Bruins outshot the Hurricanes, 18-7, in exerting their dominance.
The biggest concern, however, continues to be taking advantage of their momentum to build onto a lead, particularly on the power play as the Bruins couldn’t convert on a 5-on-3 power play and a more conventional 5-on-4 advantage.
Since their best playmaker Marc Savard went down with a concussion, the Bruins have scored just once in 11 tries on the power play and haven’t scored in their last nine tries.
|Boychuk admits ‘Oh, no’ feeling first game back||03.05.10 at 3:52 pm ET|
It’s rare when a hockey player admits the slightest amount of fear on the ice. It’s that lack of fear that separates those in the sport from many others.
But on Thursday at TD Garden, Bruins defenseman Johnny Boychuk acknowledged that he had a few scary flashbacks to Feb. 6 on the same ice when Mikael Samuelsson’s slapshot hit him just to the side of his left eye, causing him to miss the final four games before the Olympic break and Tuesday’s game with Montreal.
But those fears were calmed somewhat when he let loose one of his own booming slapshots in the second period, beating J-S Giguere and giving the Bruins a 2-1 lead over Toronto.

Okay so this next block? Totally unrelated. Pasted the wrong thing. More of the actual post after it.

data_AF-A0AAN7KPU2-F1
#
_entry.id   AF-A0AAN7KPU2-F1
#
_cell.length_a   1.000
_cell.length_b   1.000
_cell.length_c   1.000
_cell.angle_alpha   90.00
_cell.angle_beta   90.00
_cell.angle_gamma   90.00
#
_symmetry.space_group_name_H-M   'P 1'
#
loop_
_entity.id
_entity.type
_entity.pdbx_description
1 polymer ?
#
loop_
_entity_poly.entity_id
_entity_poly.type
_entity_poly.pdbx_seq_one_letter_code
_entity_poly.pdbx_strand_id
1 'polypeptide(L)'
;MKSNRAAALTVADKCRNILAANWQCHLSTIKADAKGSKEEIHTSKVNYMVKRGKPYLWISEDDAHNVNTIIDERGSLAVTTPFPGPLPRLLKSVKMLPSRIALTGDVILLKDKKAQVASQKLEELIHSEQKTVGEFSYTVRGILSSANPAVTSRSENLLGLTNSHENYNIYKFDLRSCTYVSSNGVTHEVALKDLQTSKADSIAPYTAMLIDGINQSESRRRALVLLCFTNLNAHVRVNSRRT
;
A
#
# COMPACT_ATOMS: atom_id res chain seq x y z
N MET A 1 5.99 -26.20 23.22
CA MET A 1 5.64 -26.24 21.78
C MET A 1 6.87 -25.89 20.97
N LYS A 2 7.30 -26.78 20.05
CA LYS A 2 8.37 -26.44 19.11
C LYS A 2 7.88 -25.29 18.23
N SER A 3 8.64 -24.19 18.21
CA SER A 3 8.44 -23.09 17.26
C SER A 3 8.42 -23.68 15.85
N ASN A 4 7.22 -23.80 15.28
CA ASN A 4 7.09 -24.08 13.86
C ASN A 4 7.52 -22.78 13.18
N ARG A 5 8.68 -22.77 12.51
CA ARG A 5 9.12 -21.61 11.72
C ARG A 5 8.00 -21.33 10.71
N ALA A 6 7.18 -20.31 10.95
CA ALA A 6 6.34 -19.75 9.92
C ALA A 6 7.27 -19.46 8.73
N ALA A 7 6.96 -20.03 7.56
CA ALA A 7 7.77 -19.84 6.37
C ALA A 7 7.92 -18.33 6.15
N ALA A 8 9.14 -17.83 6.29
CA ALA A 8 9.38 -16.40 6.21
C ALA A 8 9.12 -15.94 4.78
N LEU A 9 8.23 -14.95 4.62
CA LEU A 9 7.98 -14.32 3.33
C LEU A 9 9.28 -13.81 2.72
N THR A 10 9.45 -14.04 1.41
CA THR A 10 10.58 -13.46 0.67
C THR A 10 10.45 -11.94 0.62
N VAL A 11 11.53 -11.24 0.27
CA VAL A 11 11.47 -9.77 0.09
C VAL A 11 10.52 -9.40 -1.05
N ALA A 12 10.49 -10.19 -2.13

“If felt good, actually,” Boychuk said of his return. “There was a couple of times where I just have to get back into things, I guess. Just little things, I guess, but overall it felt great.”
“It felt better if there was a slap shot coming from the point that I had a visor on. There were a couple of times when somebody wound up and I was like, ‘Oh, no’ and a flashback of that shot hitting me in the eye or side of the head so it’s just nice having that little extra protection.”
Boychuk said the piece of mind was more than worth the minor inconvenience of extra eye protection.
“I just have to wipe it down every once and a while from all the sweat,” he said. “That’s about it.”
It was that cannon of a slapper that earned Boychuk a place on the Bruins roster and possible future offensive force on the B’s blueline.
|Thomas proves he’s ‘ready for everything’||03.04.10 at 11:24 pm ET|
Tim Thomas admitted he felt a little rusty at first. After all, it had been seven games with the Bruins and six Olympic contests that he had served as a back-up.
But aside from a short-side goal off the stick of Viktor Stalberg in the first period, Thomas looked like the Vezina Trophy winner he was last season in helping the Bruins to a 3-2 shootout win over Toronto Thursday night at TD Garden.
“My confidence going into it was pretty good,” Thomas said. “I felt real good in practice. There’s a couple of things that happen in games that you can’t really practice. That put me on my heels a couple of different times. You’ve got to be ready for everything as a goalie, anything that’s thrown your way.”
Thomas stopped Phil Kessel not once, not twice but three times on point-blank chances, including a breakaway in the first and in the shootout.